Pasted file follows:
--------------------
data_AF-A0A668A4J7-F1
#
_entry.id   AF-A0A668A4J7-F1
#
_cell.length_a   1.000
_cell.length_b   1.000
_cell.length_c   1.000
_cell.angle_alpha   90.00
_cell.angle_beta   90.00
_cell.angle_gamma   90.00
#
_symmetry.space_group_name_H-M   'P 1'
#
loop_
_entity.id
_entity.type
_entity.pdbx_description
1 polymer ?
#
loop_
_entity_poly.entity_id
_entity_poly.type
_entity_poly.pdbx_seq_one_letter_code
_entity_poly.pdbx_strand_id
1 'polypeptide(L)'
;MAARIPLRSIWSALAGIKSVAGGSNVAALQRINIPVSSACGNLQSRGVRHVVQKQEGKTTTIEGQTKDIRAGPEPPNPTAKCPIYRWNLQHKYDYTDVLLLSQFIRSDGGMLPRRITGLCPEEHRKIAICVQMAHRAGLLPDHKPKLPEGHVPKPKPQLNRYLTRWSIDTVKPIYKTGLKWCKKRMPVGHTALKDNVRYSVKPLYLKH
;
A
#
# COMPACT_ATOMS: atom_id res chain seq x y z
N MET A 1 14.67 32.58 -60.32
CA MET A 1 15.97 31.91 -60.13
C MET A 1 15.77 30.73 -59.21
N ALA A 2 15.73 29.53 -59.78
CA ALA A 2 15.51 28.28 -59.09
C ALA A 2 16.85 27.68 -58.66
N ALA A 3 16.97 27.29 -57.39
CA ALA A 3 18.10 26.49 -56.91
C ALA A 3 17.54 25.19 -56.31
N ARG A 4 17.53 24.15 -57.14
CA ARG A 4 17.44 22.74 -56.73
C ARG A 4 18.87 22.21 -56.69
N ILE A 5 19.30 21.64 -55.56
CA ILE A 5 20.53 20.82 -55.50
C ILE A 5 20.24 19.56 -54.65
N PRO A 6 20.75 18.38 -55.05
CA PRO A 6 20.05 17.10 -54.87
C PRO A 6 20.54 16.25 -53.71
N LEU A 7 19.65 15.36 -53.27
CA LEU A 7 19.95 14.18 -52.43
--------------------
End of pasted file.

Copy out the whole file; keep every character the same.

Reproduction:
data_AF-A0A668A4J7-F1
#
_entry.id   AF-A0A668A4J7-F1
#
_cell.length_a   1.000
_cell.length_b   1.000
_cell.length_c   1.000
_cell.angle_alpha   90.00
_cell.angle_beta   90.00
_cell.angle_gamma   90.00
#
_symmetry.space_group_name_H-M   'P 1'
#
loop_
_entity.id
_entity.type
_entity.pdbx_description
1 polymer ?
#
loop_
_entity_poly.entity_id
_entity_poly.type
_entity_poly.pdbx_seq_one_letter_code
_entity_poly.pdbx_strand_id
1 'polypeptide(L)'
;MAARIPLRSIWSALAGIKSVAGGSNVAALQRINIPVSSACGNLQSRGVRHVVQKQEGKTTTIEGQTKDIRAGPEPPNPTAKCPIYRWNLQHKYDYTDVLLLSQFIRSDGGMLPRRITGLCPEEHRKIAICVQMAHRAGLLPDHKPKLPEGHVPKPKPQLNRYLTRWSIDTVKPIYKTGLKWCKKRMPVGHTALKDNVRYSVKPLYLKH
;
A
#
# COMPACT_ATOMS: atom_id res chain seq x y z
N MET A 1 14.67 32.58 -60.32
CA MET A 1 15.97 31.91 -60.13
C MET A 1 15.77 30.73 -59.21
N ALA A 2 15.73 29.53 -59.78
CA ALA A 2 15.51 28.28 -59.09
C ALA A 2 16.85 27.68 -58.66
N ALA A 3 16.97 27.29 -57.39
CA ALA A 3 18.10 26.49 -56.91
C ALA A 3 17.54 25.19 -56.31
N ARG A 4 17.53 24.15 -57.14
CA ARG A 4 17.44 22.74 -56.73
C ARG A 4 18.87 22.21 -56.69
N ILE A 5 19.30 21.64 -55.56
CA ILE A 5 20.53 20.82 -55.50
C ILE A 5 20.24 19.56 -54.65
N PRO A 6 20.75 18.38 -55.05
CA PRO A 6 20.05 17.10 -54.87
C PRO A 6 20.54 16.25 -53.71
N LEU A 7 19.65 15.36 -53.27
CA LEU A 7 19.95 14.18 -52.43